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#51 Quebec / Toronto Rifles

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The Quebec Rifles entered the United Football League as an expansion franchise in January 1964.  Based out of Montreal, the new franchise adopted the nickname of its local hero Head Coach, former Montreal Alouettes star quarterback Sam “The Rifle” Etcheverry.  The Rifles were a geographic anomaly in the eight-team UFL, a minor league loop based in the Midwest with clubs in Illinois, Indiana, Michigan, Ohio and West Virginia.  In Canada, the Rifles were the first team to play pro football under American, rather than Canadian, rules.  J.I. Albrecht served as the club’s General Manager.

The Rifles played out of 13,000-seat Delorimier Stadium, a former home of both the Alouettes (1946-1953) and the Montreal Royals, the long-time farm club of baseball’s Brooklyn Dodgers.

The Royals finished the 1964 UFL season at 5-9.  Running back Joe Williams led the league in scoring with 17 touchdowns.  Former University of Indiana Hoosier John Henry Jackson handled the quartbacking duties as one of the early African-Americans to see significant time at the position in the pros.

In February 1965, the UFL clubs split into two factions.  The owners interested in pursuing the traditional low-budget minor league model went off to launch the Professional Football League of America.  The UFL’s more ambitious franchises, including the Rifles, merged with like-minded clubs from the Atlantic Coast Football League to announce the formation of the Continental Football League.  The Continental League announced its intention to pursue a television contract and to compete with the NFL and the AFL for top collegiate talent.  The owners hired A.B. “Happy” Chandler, the former Commissioner of Major League Baseball (1945-1951) for the same post in their new organization.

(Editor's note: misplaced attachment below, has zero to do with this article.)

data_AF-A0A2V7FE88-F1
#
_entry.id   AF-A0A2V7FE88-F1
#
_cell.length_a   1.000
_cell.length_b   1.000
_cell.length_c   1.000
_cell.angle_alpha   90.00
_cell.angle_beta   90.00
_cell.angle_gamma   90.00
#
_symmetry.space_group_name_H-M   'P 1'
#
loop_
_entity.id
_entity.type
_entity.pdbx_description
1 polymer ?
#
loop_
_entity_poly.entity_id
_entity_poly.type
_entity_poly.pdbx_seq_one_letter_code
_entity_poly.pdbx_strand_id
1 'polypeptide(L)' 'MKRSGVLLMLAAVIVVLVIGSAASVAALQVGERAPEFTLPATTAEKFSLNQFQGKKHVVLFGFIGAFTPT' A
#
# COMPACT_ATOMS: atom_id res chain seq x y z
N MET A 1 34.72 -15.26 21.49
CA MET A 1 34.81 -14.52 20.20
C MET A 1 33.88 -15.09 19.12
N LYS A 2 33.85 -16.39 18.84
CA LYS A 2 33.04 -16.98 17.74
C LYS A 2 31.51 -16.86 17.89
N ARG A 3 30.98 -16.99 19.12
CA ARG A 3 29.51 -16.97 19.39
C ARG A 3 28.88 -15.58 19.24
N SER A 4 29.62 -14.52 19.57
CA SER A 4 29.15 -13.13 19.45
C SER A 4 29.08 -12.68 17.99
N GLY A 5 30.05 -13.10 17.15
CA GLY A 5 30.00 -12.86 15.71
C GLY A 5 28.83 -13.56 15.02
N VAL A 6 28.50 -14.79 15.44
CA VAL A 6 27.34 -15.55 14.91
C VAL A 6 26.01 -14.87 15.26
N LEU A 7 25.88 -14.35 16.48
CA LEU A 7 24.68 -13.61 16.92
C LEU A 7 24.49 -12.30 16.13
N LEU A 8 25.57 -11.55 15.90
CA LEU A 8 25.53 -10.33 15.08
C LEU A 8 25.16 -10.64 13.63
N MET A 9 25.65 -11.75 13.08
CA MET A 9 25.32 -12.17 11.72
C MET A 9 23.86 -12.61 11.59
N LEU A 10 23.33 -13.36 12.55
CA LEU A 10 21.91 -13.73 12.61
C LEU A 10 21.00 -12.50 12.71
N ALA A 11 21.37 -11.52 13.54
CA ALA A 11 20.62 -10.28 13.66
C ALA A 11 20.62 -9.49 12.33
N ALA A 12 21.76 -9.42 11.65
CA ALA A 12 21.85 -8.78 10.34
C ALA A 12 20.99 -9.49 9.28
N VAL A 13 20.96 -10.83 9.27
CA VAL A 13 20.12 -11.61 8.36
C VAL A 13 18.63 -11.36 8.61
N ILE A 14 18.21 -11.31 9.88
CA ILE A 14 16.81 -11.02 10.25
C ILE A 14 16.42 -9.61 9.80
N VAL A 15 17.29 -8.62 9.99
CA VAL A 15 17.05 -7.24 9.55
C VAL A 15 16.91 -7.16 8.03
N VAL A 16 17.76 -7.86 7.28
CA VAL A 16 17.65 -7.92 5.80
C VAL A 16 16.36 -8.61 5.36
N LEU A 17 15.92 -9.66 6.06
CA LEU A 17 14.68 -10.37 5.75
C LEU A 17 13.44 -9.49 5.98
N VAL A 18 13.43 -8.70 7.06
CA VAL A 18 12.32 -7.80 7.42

Along with a new league, the Rifles had a new home in 1965.  The club relocated from Montreal to Toronto, a shift that got off to a rocky start when the University of Toronto refused to offer a lease at Varsity Stadium.  The club reluctantly set up shop at Maple Leafs Stadium, a baseball stadium used by the city’s triple-A baseball team.  Etcheverry did not make the move to Toronto and was replaced as Head Coach by former Alouettes assistant Leo Cahill.

Under Cahill, the Toronto Rifles went 11-3 in 1965 and earned a trip to the Continental Football League championship game, which they lost to the Charleston (WV) Rockets 24-7.  The backfield duo of Joe Williams and Bob Blakely finished top two in the league in rushing, while wide receiver Dick Limerick paced the circuit with 17 touchdowns.  John Henry Jackson took the snaps at quarterback again, with the exception of one October night in Charleston, West Virginia.  FBI agents entered the Rifles locker room moments before kickoff and arrested the 26-year old on draft evasion charges.  Charleston’s owner courteously paid Jackson’s $1,000 bond and Jackson made it back to the stadium in time to watch the final three minutes of the game.